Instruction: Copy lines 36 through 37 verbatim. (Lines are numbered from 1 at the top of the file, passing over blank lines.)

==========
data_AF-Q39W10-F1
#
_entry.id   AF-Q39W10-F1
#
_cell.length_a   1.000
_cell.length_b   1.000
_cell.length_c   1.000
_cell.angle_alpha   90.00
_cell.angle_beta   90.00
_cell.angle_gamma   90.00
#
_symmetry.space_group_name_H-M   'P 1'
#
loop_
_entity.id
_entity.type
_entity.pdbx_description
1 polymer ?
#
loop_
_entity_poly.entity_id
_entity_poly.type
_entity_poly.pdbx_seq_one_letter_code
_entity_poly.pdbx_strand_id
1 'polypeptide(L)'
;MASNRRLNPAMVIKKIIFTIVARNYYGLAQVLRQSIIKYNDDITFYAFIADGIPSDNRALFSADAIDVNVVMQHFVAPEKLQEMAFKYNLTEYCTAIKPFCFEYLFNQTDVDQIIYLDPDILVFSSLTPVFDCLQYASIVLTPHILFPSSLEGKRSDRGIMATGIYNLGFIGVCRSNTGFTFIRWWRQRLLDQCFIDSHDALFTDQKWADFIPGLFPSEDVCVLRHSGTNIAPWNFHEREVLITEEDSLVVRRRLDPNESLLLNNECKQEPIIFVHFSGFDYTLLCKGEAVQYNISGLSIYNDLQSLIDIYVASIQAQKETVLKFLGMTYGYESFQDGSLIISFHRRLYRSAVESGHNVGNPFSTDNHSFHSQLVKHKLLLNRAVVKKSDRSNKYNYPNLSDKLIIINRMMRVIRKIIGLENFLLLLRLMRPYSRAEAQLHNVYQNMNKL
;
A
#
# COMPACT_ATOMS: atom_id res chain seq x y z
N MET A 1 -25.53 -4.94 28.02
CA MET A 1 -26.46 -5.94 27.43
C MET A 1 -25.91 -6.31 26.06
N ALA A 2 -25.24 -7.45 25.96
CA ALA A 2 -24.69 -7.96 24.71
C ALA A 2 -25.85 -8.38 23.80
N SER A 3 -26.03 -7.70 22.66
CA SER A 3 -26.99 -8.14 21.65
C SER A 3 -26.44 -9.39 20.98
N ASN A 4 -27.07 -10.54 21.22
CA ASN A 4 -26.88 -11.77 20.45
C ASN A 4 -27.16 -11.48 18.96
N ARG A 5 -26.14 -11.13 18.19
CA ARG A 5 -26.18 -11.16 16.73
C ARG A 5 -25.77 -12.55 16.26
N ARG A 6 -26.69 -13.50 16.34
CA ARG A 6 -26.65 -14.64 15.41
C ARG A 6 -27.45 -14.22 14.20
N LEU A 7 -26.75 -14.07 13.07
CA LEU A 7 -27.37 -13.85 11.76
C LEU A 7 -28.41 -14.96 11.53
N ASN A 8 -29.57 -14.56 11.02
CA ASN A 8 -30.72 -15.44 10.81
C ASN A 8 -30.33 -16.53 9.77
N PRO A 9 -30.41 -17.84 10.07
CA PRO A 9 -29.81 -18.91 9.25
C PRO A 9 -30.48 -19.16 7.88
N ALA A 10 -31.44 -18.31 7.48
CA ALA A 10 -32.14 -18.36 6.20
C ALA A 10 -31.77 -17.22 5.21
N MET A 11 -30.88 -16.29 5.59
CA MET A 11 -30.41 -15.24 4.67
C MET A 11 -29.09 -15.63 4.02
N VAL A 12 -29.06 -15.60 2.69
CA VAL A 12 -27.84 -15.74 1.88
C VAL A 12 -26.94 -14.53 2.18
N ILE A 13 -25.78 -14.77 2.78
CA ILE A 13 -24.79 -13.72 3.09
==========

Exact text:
C ALA A 2 -25.85 -8.38 23.80
N SER A 3 -26.03 -7.70 22.66